Bluegill Ice Fishing: Unspoken Secrets, Tips and Tactics

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Why bluegills?

For many, perhaps, their availability, willingness to bite or sweet-tasting fillets; yet for others, catching thick-bodied bulls approaching the magical 10-inch mark becomes a legitimate, noteworthy challenge.

While fish this size are caught, boasts of such specimens are often of questionable measure, stretched long in both spun yarns and upon rulers, alike.

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Photo by Tom Gruenwald. © Media 360 LLC

The truth is that these fish are elusive, so those who experience success are often innately tight lipped. Aside from knowing of a seldom-fished pond, finding systems truly capable of consistently producing trophy bluegills requires masterfully understanding the right amalgam of variables necessary to grow large fish and sustain a well-balanced size structure. Then you must identify such waters currently supporting a favorable population and approaching them with a strategic, “big fish” mentality.

Environmental Parameters

The ability for bluegills to rapidly proliferate, especially in environments where ample cover exists to hide from predators, often causes burgeoning populations to result in stunting. Such waters are great for providing action, but not viable targets for those seeking a trophy.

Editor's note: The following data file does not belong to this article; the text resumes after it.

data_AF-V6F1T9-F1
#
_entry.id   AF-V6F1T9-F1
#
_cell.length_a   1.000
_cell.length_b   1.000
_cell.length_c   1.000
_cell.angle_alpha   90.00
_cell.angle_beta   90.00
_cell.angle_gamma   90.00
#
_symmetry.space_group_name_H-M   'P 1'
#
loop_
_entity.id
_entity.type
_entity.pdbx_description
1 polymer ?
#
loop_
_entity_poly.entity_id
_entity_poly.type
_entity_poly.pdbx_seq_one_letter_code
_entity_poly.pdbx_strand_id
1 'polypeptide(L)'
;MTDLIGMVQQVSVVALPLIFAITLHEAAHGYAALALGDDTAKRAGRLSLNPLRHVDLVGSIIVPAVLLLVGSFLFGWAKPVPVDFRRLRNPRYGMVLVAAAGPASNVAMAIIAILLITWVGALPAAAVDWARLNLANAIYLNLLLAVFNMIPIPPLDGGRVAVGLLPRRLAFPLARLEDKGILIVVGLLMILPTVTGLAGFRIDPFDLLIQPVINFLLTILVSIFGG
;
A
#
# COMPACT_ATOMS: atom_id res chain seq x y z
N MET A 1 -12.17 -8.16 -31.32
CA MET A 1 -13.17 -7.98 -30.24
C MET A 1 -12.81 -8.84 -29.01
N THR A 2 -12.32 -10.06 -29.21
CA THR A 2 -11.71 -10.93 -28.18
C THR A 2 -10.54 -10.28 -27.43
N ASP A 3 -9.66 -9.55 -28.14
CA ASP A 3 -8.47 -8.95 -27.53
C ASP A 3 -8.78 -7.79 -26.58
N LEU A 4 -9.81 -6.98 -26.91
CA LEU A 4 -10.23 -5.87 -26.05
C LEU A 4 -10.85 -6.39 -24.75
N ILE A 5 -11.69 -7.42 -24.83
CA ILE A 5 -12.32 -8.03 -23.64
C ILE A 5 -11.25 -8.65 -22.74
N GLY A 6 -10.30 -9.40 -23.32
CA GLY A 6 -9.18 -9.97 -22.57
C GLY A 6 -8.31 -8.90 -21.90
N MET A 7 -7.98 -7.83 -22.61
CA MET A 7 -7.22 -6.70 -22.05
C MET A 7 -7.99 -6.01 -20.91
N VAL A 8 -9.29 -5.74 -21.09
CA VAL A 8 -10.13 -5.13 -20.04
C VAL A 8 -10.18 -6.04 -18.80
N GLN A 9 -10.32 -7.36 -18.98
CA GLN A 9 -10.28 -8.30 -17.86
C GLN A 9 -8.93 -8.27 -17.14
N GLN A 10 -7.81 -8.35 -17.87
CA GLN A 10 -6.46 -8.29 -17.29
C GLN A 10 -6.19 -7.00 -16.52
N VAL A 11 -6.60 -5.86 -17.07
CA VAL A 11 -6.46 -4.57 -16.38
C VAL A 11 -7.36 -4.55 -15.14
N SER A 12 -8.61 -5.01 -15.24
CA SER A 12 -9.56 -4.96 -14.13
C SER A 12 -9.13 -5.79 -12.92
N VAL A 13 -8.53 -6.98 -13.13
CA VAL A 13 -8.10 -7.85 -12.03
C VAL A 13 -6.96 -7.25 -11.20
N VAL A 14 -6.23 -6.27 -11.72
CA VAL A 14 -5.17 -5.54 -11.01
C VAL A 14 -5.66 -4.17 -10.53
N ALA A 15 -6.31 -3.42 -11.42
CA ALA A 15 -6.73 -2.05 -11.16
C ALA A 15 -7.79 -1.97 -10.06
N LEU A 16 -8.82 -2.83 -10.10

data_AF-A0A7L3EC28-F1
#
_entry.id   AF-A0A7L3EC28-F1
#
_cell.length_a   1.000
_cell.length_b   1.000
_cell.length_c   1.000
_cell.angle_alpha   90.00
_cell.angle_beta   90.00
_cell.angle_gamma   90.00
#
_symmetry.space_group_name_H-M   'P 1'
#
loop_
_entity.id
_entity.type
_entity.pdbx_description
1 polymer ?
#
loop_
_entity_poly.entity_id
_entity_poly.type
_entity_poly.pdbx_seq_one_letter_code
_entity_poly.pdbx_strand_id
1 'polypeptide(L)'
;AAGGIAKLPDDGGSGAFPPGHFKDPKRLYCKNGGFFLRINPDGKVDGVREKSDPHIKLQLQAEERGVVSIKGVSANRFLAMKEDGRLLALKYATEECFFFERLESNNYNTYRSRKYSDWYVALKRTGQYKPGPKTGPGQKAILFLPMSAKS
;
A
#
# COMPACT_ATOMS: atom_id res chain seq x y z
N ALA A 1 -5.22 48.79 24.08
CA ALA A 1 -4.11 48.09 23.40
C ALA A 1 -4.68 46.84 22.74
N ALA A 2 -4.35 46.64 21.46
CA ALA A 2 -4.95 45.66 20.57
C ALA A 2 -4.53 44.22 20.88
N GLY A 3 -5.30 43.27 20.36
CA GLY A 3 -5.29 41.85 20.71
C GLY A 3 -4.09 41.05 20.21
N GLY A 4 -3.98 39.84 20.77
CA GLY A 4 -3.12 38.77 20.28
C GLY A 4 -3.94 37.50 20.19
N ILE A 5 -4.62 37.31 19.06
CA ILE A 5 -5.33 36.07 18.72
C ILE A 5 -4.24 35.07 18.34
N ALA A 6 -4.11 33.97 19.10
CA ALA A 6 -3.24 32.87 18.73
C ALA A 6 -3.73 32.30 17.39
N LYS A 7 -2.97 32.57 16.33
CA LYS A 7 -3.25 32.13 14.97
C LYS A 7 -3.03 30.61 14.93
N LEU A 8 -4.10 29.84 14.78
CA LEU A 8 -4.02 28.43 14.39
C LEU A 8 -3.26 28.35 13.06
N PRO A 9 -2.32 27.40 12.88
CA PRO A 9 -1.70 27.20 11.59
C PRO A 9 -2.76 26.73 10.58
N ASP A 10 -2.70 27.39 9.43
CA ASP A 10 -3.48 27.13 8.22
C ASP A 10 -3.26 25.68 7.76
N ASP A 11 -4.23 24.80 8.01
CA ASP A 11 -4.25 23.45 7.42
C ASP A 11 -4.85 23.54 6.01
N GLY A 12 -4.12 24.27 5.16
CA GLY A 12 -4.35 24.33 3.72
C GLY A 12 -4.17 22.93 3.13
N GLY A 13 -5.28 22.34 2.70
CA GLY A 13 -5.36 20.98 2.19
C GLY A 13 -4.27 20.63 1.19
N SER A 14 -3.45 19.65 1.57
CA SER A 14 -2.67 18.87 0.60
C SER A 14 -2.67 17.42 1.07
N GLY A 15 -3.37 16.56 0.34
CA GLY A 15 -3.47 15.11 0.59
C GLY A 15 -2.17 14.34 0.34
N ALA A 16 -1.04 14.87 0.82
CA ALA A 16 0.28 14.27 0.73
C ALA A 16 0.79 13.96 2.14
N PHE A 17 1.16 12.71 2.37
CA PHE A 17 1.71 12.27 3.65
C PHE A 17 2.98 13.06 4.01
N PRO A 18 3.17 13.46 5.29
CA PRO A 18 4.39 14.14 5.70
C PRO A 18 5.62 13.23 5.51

Choosing systems managed or recognized for species other than bluegills and supporting only marginal populations restricted to isolated slices of appropriate habitat, or kept in check by limited resources, dominant predators or good management and sustainable harvest, offer favorable starting points.

Some of my best waters are relatively deep, with fast-breaking contours and minimal area comprised of densely vegetated littoral zones. Instead of having carrying capacities occupied by large numbers of smaller fish, such systems produce a healthier, beneficial “checks and balances” equilibrium capable of consistently producing quality over quantity.

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Non-twist lure designs like HT’s Marmooska Tungsten Dancer are highly advantageous, especially when fishing deep. Photo by Tom Gruenwald. © Media 360 LLC

With that being said, unless you have a trustworthy source willing to share such prized information, finding suitable waters requires time, and often, painstaking research. Paging through journals documenting professional fisheries studies, reviewing creel census tabulations and visiting with local fisheries managers can all provide excellent clues. Just be careful to note data collection dates, as bluegill populations can transform rather quickly based on a number of delicate variables.

Patterns

Once you have identified potential systems, each must be carefully evaluated, as large bluegills do not necessarily behave the same as their smaller, more gregarious counterparts.

Mid-depth sand, marl or rock bottom points and humps offering plots of healthy green weed cover are always worth noting. In lakes with little natural structure or cover, fish cribs can be good, too. But understand that smaller pods of suspended, loosely roaming fish cruising open water is a common phenomenon in either situation.